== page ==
Important Quotations Explained
went on two legs, wore clothes and was a human being, but nevertheless
he was in reality a wolf of the Steppes. He had learned a good deal
. . . and was a fairly clever fellow. What he had not learned, however,
was this: to find contentment in himself and his own life. The cause
of this apparently was that at the bottom of his heart he knew all the
time (or thought he knew) that he was in reality not a man, but
a wolf of the Steppes.
how stiff you are! Just go straight ahead as if you were walking
. . . Dancing, don’t you see, is every bit as easy as thinking,
when you can do it, and much easier to learn. Now you can understand
why people won’t get the habit of thinking. . . .”
experience fell to my lot this night of the Ball that I had never
known in all my fifty years, though it is known to every flapper
and student—the intoxication of a general festivity, the mysterious
merging of the personality in the mass, the mystic union of joy.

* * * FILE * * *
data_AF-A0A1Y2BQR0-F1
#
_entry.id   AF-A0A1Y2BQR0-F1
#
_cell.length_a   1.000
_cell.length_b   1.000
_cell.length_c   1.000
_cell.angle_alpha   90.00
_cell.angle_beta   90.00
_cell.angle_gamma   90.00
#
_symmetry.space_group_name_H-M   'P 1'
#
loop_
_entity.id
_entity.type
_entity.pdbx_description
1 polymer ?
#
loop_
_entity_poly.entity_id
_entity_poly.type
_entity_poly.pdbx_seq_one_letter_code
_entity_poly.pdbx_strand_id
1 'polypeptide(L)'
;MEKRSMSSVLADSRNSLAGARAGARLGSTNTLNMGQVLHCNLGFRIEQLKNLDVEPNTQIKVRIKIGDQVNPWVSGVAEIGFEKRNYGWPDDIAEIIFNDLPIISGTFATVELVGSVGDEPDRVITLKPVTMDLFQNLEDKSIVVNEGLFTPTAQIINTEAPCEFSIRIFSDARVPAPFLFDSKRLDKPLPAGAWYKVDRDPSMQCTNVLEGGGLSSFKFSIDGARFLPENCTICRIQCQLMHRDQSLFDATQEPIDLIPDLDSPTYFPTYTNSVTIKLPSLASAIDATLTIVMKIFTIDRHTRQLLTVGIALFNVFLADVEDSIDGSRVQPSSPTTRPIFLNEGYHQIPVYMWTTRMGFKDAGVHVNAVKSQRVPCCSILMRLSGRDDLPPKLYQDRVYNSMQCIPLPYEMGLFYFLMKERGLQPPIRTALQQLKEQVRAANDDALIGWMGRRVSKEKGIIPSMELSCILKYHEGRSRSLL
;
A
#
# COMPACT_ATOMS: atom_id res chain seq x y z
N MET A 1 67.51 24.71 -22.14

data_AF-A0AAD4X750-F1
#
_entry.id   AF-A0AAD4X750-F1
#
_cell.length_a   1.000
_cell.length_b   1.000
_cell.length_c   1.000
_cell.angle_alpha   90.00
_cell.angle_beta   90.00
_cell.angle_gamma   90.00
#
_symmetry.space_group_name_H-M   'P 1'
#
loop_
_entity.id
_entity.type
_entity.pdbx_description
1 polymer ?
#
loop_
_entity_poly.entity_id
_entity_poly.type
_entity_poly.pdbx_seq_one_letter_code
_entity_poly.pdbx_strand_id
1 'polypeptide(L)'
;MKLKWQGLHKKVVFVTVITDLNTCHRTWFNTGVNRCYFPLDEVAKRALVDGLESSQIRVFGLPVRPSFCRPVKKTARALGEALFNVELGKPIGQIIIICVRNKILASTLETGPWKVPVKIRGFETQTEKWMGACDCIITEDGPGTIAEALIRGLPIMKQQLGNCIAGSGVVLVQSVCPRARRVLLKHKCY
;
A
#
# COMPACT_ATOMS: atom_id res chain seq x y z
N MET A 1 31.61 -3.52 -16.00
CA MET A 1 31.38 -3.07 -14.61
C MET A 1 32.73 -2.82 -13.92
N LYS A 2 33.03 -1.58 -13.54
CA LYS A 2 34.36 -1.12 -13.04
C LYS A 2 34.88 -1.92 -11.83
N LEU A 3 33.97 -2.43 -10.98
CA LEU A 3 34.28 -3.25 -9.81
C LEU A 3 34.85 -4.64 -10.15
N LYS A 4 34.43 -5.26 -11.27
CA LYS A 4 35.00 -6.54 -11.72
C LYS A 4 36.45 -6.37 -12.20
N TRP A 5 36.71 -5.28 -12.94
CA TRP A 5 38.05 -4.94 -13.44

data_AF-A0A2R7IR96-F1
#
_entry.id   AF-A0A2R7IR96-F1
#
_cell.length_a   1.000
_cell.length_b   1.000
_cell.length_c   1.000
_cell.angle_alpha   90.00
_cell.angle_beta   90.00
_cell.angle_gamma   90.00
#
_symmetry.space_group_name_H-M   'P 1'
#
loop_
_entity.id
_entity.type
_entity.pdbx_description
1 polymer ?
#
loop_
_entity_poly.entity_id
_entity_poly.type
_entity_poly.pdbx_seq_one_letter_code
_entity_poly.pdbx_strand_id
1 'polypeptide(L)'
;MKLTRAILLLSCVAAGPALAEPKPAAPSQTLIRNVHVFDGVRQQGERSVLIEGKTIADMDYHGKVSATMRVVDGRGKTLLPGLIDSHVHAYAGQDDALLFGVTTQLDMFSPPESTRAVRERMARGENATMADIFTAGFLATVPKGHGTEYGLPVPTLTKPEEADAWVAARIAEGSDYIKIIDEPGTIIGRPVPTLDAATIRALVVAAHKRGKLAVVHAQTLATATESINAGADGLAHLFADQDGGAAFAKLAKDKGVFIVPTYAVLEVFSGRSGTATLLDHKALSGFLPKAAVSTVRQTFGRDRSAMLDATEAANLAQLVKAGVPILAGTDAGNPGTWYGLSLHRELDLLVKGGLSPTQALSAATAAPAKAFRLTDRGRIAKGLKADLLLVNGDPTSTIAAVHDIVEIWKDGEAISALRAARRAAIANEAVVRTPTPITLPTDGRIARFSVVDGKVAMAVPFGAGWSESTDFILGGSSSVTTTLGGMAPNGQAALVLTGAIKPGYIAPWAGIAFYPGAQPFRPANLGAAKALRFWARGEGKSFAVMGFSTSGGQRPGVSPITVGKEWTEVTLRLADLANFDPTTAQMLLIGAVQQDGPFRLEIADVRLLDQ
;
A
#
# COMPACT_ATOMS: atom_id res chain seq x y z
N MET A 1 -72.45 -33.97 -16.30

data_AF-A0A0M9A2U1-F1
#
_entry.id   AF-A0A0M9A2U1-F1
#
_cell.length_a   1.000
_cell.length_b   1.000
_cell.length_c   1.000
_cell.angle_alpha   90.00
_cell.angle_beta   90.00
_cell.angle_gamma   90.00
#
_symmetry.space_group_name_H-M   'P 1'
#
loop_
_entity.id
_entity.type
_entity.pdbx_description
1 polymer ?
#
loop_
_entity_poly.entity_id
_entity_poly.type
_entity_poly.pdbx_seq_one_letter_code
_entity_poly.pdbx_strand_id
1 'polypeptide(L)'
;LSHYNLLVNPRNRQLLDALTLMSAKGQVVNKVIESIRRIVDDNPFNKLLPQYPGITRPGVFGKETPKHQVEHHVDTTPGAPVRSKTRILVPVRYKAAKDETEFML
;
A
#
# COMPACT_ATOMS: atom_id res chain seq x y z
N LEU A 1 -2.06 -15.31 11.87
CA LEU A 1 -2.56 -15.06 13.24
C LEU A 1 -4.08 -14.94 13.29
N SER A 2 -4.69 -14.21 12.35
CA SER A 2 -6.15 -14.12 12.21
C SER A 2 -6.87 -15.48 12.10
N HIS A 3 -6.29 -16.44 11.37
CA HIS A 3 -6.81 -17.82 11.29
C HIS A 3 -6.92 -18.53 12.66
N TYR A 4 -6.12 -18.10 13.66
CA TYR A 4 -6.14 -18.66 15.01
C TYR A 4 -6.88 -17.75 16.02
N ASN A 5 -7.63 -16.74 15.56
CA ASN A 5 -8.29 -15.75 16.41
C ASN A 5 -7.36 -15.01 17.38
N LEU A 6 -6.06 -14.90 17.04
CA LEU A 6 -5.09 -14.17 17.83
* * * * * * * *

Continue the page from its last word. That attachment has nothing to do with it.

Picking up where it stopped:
I looked into the mirror. I had been mad. I must have been mad.
There was no wolf in the mirror, lolling his tongue in his maw.
It was I, Harry. . . . My face was gray, forsaken of all fancies,
wearied by all vice, horribly pale. Still it was a human being,
someone one could speak to.
“Harry,” I said, “what are you doing there?”
“Nothing,” said he in the mirror, “I am only waiting. I am waiting for death.”
“Where is death then?”
“Coming,” said the other.
understood it all. I understood Pablo. I understood Mozart, and
somewhere behind me I heard his ghastly laughter. I knew that all
the hundred thousand pieces of life’s game were in my pocket . .
. I would traverse not once more, but often, the hell of my inner
being. One day I would be a better hand at the game. One day I would
learn how to laugh. Pablo was waiting for me, and Mozart too.
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